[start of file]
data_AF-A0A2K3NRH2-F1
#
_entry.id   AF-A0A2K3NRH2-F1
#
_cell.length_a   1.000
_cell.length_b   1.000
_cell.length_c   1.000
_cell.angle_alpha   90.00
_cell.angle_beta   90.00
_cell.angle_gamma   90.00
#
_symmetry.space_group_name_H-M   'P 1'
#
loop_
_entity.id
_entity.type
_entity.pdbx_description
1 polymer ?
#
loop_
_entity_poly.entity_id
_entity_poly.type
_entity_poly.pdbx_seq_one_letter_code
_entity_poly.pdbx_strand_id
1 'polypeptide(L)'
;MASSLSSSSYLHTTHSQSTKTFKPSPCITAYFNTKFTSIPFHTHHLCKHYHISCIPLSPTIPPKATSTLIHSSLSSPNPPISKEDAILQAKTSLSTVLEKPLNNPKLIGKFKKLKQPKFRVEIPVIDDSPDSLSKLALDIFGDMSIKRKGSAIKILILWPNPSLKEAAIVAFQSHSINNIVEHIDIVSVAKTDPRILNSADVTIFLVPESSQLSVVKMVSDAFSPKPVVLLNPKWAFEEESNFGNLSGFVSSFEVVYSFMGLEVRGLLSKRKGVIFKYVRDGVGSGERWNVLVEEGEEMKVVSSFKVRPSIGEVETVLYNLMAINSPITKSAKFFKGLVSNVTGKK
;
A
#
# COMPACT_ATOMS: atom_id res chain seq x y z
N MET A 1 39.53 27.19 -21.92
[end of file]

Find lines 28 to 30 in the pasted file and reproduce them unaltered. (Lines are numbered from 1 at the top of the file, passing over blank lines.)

A
#
# COMPACT_ATOMS: atom_id res chain seq x y z